Abuk Ngor Anyuon was forcibly converted to Islam; her genitalia mutilated. Two of her sons were sold off to another master and her finger was cut off. Akuc Kiir Deng also accepted Islam under the threat of death. Akuc was blinded and ritually circumcised, and two of her children were taken from her. Akuot Anei Wol, freed last September, recollects: “I lost my sight in my eye soon after I was captured. I was still just a girl then. My master’s wife was called Howah. She made me grind grain and clean the house. One day, she was angry and accused me of failing to wash the dishes and sweep the floor properly. Howah grabbed a horse whip and struck me in the face. It hit me in the eye. I lost sight immediately. Howah said: “I’ll blind your other eye if you don’t work.”
Slavery in Sudan, a centuries-old phenomenon, gained widespread publicity in the United States in the 90’s. At that time an Arab regime in the Northern Sudan declared a “holy war” (jihad) against the African population of the South, which is largely Christian and animist. Arab militias, sponsored by the government and often joined by the Sudanese army, raided hundreds of villages, executing the men and taking women and children into slavery in the North. Unlike in the American South, slave owners in Sudan do not need the muscles of men to work plantations: they use boys as goat herds, and women for sex and for their wombs, to produce children who will be Muslims.
When confronted with facts of modern-day enslavement of blacks in the 1990’s, many Americans joined the neo-abolitionist movement spearheaded by groups like CSI in Europe and our own American Anti-Slavery Group. Some donated and raised funds to free Sudanese slaves; others participated in demonstrations and lobbied politicians. CSI’s emancipation operations were extensively covered by the media. The movement’s efforts bore fruit when the US-brokered Comprehensive Peace Agreement (CPA) forced the suspension of the slave raids in 2005.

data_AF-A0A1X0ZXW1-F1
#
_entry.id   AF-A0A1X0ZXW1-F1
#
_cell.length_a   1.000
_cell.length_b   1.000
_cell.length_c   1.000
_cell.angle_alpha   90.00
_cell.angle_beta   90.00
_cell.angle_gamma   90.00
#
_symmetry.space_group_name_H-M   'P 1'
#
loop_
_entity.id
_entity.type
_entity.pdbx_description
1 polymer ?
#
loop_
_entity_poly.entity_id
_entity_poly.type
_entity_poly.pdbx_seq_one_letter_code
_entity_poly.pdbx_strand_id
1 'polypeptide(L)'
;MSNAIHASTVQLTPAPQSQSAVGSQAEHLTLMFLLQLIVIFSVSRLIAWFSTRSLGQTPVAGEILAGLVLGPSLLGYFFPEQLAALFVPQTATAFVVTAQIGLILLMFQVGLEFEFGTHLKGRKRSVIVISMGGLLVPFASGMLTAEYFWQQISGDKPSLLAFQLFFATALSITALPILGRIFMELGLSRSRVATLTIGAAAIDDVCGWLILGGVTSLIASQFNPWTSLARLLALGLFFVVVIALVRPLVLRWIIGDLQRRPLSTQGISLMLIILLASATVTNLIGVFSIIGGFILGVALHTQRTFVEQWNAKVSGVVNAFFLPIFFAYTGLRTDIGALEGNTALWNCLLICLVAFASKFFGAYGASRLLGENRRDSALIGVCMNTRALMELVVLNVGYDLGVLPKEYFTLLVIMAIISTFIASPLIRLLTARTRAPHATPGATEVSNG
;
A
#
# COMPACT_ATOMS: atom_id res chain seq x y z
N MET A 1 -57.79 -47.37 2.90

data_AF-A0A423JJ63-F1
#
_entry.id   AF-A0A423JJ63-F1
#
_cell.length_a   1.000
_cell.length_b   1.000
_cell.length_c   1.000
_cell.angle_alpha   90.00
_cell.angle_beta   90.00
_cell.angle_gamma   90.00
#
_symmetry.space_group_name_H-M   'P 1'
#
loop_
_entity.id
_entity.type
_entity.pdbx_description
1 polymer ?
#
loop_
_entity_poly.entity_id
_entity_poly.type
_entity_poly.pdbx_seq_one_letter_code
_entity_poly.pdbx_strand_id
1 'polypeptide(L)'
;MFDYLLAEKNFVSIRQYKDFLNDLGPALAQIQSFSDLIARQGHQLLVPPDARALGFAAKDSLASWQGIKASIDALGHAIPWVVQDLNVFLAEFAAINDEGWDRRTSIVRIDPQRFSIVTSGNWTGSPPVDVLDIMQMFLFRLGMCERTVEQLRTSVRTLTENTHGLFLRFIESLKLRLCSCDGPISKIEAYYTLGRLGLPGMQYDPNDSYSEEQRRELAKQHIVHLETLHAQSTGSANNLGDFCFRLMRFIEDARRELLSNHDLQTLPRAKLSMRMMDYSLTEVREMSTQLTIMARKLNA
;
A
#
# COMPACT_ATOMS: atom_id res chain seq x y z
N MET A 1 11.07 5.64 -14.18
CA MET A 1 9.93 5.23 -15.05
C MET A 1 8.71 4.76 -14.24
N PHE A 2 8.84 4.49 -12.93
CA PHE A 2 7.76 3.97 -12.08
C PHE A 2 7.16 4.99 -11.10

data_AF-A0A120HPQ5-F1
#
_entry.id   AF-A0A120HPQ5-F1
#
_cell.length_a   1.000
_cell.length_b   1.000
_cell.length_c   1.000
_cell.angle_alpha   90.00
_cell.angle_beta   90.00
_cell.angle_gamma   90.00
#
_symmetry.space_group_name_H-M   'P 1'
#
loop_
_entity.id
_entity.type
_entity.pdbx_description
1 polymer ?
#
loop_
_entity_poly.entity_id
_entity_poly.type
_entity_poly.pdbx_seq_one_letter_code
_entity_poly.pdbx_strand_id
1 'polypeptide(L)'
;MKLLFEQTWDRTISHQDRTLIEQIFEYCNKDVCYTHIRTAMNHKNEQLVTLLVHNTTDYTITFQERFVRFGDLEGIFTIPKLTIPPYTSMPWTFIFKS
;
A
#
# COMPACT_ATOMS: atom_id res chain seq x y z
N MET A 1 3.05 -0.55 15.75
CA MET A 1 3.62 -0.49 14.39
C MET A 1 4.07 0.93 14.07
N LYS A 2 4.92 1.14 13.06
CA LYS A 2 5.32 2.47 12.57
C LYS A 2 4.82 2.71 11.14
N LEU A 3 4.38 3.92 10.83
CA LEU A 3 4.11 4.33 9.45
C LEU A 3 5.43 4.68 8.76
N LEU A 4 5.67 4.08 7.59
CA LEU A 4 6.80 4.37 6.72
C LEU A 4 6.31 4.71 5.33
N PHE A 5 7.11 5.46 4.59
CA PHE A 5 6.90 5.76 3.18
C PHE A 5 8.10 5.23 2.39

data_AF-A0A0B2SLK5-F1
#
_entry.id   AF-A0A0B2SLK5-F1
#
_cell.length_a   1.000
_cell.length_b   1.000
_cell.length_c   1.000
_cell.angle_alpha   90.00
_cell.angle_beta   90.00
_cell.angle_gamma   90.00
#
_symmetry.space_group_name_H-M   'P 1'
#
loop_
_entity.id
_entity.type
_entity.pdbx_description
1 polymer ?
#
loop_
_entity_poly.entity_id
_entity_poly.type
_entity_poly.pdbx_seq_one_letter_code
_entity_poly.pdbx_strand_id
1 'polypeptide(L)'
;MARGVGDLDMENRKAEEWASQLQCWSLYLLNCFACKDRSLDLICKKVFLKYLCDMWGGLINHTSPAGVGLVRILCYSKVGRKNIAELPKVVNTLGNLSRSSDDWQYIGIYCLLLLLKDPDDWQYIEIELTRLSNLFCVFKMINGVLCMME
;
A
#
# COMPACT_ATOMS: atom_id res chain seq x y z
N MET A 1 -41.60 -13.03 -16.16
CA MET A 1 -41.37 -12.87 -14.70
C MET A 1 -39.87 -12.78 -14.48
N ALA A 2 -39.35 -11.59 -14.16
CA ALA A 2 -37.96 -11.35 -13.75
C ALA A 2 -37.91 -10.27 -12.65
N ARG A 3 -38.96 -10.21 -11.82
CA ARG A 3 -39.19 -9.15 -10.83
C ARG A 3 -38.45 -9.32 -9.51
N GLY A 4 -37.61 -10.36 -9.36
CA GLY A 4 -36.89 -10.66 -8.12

As a consequence, Americans’ interest in Sudanese slaves decreased. Today, when up to 35,000 of blacks are still enslaved by the Arabs in the North, the media has fallen silent on the issue. Human rights giants like Human Rights Watch, which were never particularly helpful, also abandoned these slaves: a simple search of HRW’s website for “Sudan slavery” reveals that its most recent related report dates back to 2003.
As Sudan approaches January 9, 2011 – the day the Southerners are scheduled to vote to remain with the North or to secede – the chances to emancipate those still in bondage become increasingly smaller. Most experts believe the South will vote for independence. No one can predict the Muslim reaction in the North to the South’s choice of freedom. There is the possibility of revenge attacks and acts of violence against the slaves and other Southerners living in the North. Some even think the North-South war might be rekindled.
Yesterday The New York Times reported on a speech given by Sudan’s President Omar Hassan Al-Bashir, an indicted war criminal, who promised to impose Islamic Law (Shariah) in the North in case separation. “Shariah and Islam will be the main source for the Constitution, Islam the official religion and Arabic the official language,” he said. Al-Bashir also indicated that in his future state there will be no protection for non-Arab, non-Muslim minorities: “If South Sudan secedes, we will change the Constitution, and at that time there will be no time to speak of diversity of culture and ethnicity.” Interestingly, The New York Times “forgot” to report on his recent statement reflective of the state he envisions. Commenting on the popular YouTube video that shows a woman being flogged in public by the police, Al Bashir said: “If she is lashed according to Shariah law, there is no investigation. Why are some people ashamed? This is Shariah.”
CSI and the AASG are determined to liberate as many slaves as possible before the referendum takes place.
This article originally appeared on Bigpeace

By Charles Jacobs and Sasha Giller

December 22, 2010

If you think that enslaving blacks ended in the 19th century, you are dead wrong. Last week 603 black women and children were freed from the horrors of chattel slavery that to this day exists in Sudan, Africa’s largest country. Christian Solidarity International USA, a Christian human rights organization, frees slaves in Sudan. The stories the freed slaves tell them are simply horrific.